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Appeal from the District Court for Lancaster County: JODI NELSON, Judge.
Dennis R. Keefe, Lancaster County Public Defender, Paul E. Cooney, and Mark Carraher, Senior Certified Law Student, for appellant.
Jon Bruning, Attorney General, George R. Love, and Mary C. Byrd, Senior Certified Law Student, for appellee.
HEAVICAN, C.J., WRIGHT, CONNOLLY, STEPHAN, MCCORMACK, MILLER-LERMAN, and CASSEL, JJ.
[290 Neb. 370] McCormack, J.
NATURE OF CASE
Tiuana L. Johnson was convicted of escape in violation of Neb. Rev. Stat. § 28-912(5)(a) (Reissue 2008) and sentenced as a habitual criminal. On appeal, Johnson does not challenge the underlying conviction for escape. Rather, he challenges the habitual criminal statute on its face and as applied. Johnson also asserts that the State's motion to amend the information was untimely and that his sentence was excessive.
On June 21, 2013, Johnson was charged with Class III felony escape, under § 28-912(5)(a). In an amended information filed on August 15, 2013, Johnson was also charged with being a habitual criminal under Neb. Rev. Stat. § 29-2221 (Reissue 2008).
[290 Neb. 371] Johnson objected to the State's motion to amend the information to add the habitual criminal charge. The hearing on the State's motion to amend was held on August 15, 2013. Johnson argued that the county attorney had had ample time and that Johnson was ready to plead no contest to the charge in the original information. The State explained that it had been waiting to receive the record of two prior convictions that it wished to use in support of the habitual criminal charge. The State also observed that there was still plenty of time remaining for the State's statutory obligation to bring Johnson to trial. The court allowed the amendment. The amended information was filed on that same date.
Johnson thereafter filed a motion to quash the amended information insofar as it charged Johnson with being a habitual criminal. In the motion to quash, Johnson asserted that the habitual criminal statutory scheme was unconstitutional because it fails to provide for a jury determination of certain facts pertaining to the prior convictions. Johnson also asserted that application of the habitual criminal statutes violated double jeopardy because the same conviction that made the escape charge a Class III felony rather than a Class IV felony formed the basis of the habitual criminal enhancement. Johnson further asserted that the application of the habitual criminal statutes would violate a state constitutional provision, Neb. Const. art. I, § 15, requiring that penalties be proportionate to the offense. Finally, Johnson asserted that application of the habitual criminal enhancement would be cruel and unusual punishment. Johnson did not assert in the motion to quash that the untimeliness of the amendment to the information prejudiced his substantial rights.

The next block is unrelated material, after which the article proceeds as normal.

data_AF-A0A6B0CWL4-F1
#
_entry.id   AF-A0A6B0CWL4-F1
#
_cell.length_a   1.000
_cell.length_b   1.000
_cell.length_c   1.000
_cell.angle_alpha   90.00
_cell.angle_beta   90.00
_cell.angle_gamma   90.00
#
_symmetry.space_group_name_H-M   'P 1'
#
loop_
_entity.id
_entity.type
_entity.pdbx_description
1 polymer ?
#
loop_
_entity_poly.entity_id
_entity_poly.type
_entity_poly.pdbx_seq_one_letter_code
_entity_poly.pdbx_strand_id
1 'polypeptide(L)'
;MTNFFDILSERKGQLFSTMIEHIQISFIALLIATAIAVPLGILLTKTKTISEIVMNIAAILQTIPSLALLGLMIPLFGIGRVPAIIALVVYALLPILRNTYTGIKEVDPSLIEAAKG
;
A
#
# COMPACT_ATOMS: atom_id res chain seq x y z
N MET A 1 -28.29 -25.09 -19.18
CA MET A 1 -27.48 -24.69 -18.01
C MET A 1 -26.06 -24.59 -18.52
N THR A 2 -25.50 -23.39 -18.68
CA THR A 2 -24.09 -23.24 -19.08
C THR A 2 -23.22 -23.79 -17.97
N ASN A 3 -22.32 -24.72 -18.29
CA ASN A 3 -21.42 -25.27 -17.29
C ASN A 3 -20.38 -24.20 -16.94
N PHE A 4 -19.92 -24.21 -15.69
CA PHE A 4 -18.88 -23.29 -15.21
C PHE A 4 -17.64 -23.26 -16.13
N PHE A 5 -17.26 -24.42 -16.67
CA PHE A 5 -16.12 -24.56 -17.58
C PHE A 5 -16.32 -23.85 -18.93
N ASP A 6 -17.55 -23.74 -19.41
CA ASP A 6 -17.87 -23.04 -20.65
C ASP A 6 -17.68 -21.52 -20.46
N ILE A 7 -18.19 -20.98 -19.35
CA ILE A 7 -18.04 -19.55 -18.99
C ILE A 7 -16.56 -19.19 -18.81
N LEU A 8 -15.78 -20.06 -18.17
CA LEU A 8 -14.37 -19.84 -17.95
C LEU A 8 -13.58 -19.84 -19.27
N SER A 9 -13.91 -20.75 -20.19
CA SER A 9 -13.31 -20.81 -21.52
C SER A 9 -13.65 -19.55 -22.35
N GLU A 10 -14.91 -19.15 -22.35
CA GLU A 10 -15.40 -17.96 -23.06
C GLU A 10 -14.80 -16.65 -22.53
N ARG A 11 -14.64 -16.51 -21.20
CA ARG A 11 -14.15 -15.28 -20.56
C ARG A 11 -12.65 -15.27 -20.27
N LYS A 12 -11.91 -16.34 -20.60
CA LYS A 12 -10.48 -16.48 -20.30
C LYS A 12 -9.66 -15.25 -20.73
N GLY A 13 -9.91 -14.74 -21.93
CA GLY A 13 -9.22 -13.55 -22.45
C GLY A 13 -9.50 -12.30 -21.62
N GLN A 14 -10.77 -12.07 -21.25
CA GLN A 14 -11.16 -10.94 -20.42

The court overruled the motion to quash. Johnson waived his right to a jury trial and his right to a speedy trial. The underlying charge of escape was tried on November 25, 2013, on three stipulated exhibits, subject to Johnson's renewed motion to quash and the court's guarantee that it would not consider any other crimes, wrongs, or acts for purposes of determining whether Johnson committed the crime of escape. Additionally, Johnson stipulated that he was the person named in the exhibits.
[290 Neb. 372] These exhibits generally show that on September 20, 2012, Johnson was incarcerated following a conviction for the commission of an offense. He was out on an
approved " Job Seeking pass" in Lincoln, Nebraska, and failed to return. Johnson committed a robbery in Omaha, Nebraska, that same day. Johnson was apprehended on September 28 and confessed to the escape and robbery.
The court found Johnson guilty of escape, in violation of § 28-912(5)(a). Upon the court's inquiry, Johnson's counsel indicated that she was " fine with" taking up the issue of enhancement.
In support of the habitual criminal charge, the court accepted into evidence five exhibits proffered by the State. Johnson did not make any objection to the exhibits other than those based on his prior motion to quash. The exhibits demonstrated that before his escape on September 20, 2012, Johnson had committed nine crimes for ...